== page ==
According to historian David Kaiser, writing in TIME, “the portrayal of Lyndon Johnson and his role in the passage of the Voting Rights Act [in the movie “Selma”] could hardly be more wrong. And this is important not merely for the sake of fidelity to the past, but because of continuing implications for how we see our racial problems and how they could be solved.”
But, according to author Philip Nelson, Selma gets LBJ dead right. Writing in Op-Ed News, Nelson and right-wing political consultant Roger Stone assert:
“Selma shows the LBJ persona and his complete history, as he and it was, at first as the leading impediment to civil rights reform, then, on becoming president, his 180 degree flip-flop to become its leading proponent. In 1964-65, the arcs of the two of them coincided, ”
Unfortunately, that vague reference to “coinciding arcs” is all that Nelson and Stone have to say about LBJ’s role in securing passage of the 1964 Civil Rights Act and the 1965 Voting Rights Act. They don’t even mention the names of the laws. So eager they are to demonize Johnson for his early opposition to civil rights legislation in the 1950s and his later escalation of the Vietnam War, that they can’t actually talk about his role in securing passage of two of the most important laws in the 20th century in 1964 and 1965.
Why so negative?
Nelson and Stone are convinced that LBJ was a motive force behind the assassination of JFK. Its a factually flimsy scenario that has a lot of die-hard proponents on the internet. Nelson and Stone’s conspiratorial agenda makes it all but impossible for them to give credit where credit is due. The fact that Johnson had the racial attitudes and politics of southern Democrat until he became president is true and, in any discussion, of Selma–which depicts the events of 1965– slightly besides the point.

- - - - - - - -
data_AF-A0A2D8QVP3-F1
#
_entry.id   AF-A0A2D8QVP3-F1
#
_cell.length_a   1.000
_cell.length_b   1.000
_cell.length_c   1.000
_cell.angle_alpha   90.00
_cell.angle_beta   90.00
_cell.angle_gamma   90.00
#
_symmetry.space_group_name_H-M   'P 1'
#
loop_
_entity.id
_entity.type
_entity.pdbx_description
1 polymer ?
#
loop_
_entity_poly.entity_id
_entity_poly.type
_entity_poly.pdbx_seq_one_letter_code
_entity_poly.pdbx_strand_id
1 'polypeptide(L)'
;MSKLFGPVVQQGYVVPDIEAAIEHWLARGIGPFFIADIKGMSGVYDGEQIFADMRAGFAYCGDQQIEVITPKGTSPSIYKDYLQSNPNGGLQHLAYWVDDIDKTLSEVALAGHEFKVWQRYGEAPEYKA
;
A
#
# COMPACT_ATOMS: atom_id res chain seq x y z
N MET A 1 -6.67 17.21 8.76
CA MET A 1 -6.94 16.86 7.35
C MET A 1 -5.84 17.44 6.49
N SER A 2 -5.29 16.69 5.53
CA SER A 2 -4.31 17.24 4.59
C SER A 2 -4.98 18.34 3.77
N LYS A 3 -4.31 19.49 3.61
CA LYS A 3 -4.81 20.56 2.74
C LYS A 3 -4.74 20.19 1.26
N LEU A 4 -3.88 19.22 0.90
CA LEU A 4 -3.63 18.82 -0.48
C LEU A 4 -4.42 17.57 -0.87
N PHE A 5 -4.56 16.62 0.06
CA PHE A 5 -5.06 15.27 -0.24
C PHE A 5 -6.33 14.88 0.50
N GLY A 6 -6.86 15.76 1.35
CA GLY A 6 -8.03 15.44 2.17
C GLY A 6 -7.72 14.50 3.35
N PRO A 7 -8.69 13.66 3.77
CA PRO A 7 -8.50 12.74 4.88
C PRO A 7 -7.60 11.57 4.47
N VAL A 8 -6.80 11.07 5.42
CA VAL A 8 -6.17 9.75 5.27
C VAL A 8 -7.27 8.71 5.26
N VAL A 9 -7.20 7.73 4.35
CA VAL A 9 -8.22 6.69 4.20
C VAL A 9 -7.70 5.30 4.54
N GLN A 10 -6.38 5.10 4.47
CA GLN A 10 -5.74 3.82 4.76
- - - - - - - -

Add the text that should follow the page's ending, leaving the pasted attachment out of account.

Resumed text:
The question is what did he do when he faced the challenge of the civil rights movement?
Kaiser says Selma distorts Johnson’s response.
“Until its last few minutes, the film presents LBJ as the main obstacle to what King is trying to do,” Kaiser writes. “There was no shortage of real white villains in the Selma controversy, but LBJ was not one of them. This portrayal depends upon a complete misrepresentation not only of the facts, but also of specific conversations that King and Johnson had during this period.”
Martin Luther King didn’t trust Johnson. And he doubted his wisdom. King told Johnson from the start that the war in Vietnam was folly. But he did come to appreciate LBJ’s maturation as a national leader.
“King himself wrote, in the midst of these events, that while he and Johnson’s approaches to civil rights were far from identical, he had no doubt at all that Johnson was trying to solve the problem of civil rights “with sincerity, realism and, thus far, with wisdom.”
Nelson and Stone say Selma gets it right: that LBJ embodied a corrupt and racist American power structure. Kaiser says Selma gets it wrong that LBJ embodied an American power structure that was open to reform. Who do you think got it right?